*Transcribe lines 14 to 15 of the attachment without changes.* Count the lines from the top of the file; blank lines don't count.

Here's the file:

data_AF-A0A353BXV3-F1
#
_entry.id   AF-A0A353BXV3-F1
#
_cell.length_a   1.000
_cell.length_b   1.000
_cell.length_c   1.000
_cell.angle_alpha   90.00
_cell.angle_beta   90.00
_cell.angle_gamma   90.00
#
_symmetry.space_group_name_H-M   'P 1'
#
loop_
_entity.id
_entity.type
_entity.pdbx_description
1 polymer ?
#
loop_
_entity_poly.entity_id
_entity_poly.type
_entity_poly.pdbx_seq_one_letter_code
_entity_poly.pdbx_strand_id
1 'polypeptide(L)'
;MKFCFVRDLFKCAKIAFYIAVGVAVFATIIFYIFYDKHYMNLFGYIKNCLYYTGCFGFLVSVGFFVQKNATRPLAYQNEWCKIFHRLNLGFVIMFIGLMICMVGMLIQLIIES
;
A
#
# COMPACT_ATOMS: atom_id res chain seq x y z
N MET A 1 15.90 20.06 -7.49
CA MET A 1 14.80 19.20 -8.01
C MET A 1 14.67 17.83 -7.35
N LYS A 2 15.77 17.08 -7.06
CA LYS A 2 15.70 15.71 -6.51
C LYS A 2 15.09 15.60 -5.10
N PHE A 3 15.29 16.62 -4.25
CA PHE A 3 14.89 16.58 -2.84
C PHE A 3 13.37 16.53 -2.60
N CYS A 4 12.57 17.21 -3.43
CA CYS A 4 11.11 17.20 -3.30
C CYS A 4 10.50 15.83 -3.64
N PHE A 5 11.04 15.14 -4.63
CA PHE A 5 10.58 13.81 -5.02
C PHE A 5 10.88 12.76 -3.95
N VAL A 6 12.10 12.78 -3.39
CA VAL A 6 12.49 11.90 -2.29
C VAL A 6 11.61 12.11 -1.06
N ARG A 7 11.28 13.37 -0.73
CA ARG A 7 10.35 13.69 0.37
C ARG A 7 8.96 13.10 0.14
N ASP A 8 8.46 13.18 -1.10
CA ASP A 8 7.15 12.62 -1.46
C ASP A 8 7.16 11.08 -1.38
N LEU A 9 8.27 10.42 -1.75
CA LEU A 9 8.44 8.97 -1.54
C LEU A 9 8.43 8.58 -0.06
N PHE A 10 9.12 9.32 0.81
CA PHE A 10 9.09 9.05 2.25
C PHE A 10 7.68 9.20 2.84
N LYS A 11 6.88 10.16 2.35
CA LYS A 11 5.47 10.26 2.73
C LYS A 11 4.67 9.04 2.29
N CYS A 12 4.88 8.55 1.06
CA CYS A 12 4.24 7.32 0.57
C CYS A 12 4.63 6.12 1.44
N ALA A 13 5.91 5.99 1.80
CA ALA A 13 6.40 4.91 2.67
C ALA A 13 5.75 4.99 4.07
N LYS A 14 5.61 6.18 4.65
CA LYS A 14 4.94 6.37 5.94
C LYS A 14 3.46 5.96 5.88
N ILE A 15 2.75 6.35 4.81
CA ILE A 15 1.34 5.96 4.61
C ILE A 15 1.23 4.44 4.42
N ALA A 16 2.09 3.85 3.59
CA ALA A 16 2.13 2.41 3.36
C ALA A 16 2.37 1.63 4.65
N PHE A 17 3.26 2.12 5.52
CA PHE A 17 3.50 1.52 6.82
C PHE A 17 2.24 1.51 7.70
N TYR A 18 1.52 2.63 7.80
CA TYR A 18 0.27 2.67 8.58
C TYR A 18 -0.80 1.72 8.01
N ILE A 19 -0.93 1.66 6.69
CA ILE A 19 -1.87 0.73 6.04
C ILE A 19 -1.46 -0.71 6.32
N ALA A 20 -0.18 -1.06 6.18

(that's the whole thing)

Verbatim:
loop_
_entity.id